Sounds of a single pure frequency are produced only by tuning forks and electronic devices called oscillators; most sounds are a mixture of tones of different frequencies and amplitudes. The tones produced by musical instruments have one important characteristic in common: they are periodic, that is, the vibrations occur in repeating patterns. The oscilloscope trace of a trumpet's sound shows such a pattern. For most non-musical sounds, such as those of a bursting balloon or a person coughing, an oscilloscope trace would show a jagged, irregular pattern, indicating a jumble of frequencies and amplitudes.
A column of air, as that in a trumpet, and a piano string both have a fundamental frequency—the frequency at which they vibrate most readily when set in motion. For a vibrating column of air, that frequency is determined principally by the length of the column. (The trumpet's valves are used to change the effective length of the column.) For a vibrating string, the fundamental frequency depends on the string's length, its tension, and its mass per unit length.
In addition to its fundamental frequency, a string or vibrating column of air also produces overtones with frequencies that are whole-number multiples of the fundamental frequency. It is the number of overtones produced and their relative strength that gives a musical tone from a given source its distinctive quality, or timbre. The addition of further overtones would produce a complicated pattern, such as that of the oscilloscope trace of the trumpet's sound.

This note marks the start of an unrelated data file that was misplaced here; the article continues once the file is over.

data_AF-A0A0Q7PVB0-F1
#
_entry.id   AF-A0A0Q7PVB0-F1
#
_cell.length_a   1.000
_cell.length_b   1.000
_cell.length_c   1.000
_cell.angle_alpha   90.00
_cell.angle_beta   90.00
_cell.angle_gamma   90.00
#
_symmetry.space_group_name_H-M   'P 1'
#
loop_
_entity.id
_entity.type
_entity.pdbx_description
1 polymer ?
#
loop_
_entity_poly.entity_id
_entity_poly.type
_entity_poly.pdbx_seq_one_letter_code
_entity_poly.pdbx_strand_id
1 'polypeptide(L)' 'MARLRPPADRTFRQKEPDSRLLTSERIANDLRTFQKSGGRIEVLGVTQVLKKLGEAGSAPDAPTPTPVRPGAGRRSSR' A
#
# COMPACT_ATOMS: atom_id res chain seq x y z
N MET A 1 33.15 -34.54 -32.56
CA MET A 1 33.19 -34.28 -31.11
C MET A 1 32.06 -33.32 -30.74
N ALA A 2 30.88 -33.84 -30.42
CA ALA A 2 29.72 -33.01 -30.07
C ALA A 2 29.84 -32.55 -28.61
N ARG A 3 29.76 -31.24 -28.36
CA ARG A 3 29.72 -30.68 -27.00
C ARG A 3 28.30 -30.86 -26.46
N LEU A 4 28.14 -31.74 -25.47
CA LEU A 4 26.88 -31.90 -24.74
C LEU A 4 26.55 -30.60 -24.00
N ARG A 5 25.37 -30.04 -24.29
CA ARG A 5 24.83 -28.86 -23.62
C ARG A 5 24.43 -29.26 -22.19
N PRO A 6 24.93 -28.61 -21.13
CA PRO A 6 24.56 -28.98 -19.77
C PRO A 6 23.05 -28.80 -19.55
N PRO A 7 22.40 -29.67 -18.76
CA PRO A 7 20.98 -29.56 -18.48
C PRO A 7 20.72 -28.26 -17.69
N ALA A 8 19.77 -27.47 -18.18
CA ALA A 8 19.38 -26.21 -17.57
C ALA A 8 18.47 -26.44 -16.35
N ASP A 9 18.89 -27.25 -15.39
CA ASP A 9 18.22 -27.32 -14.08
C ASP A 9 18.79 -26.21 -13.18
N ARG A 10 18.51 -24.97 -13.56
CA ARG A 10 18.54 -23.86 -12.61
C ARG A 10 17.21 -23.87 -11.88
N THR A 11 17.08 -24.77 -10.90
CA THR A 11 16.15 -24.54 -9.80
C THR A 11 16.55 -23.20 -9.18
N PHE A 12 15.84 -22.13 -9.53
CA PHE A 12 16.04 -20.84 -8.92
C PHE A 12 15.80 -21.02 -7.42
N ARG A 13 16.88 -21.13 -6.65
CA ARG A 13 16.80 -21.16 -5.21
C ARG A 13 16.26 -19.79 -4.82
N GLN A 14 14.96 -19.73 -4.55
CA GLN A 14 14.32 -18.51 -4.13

How the fundamental frequency of a vibrating string depends on the string's length, tension, and mass per unit length is described by three laws:
1. The fundamental frequency of a vibrating string is inversely proportional to its length.
Reducing the length of a vibrating string by one-half will double its frequency, raising the pitch by one octave, if the tension remains the same.
2. The fundamental frequency of a vibrating string is directly proportional to the square root of the tension.
Increasing the tension of a vibrating string raises the frequency; if the tension is made four times as great, the frequency is doubled, and the pitch is raised by one octave.
3. The fundamental frequency of a vibrating string is inversely proportional to the square root of the mass per unit length.
This means that of two strings of the same material and with the same length and tension, the thicker string has the lower fundamental frequency. If the mass per unit length of one string is four times that of the other, the thicker string has a fundamental frequency one-half that of the thinner string and produces a tone one octave lower.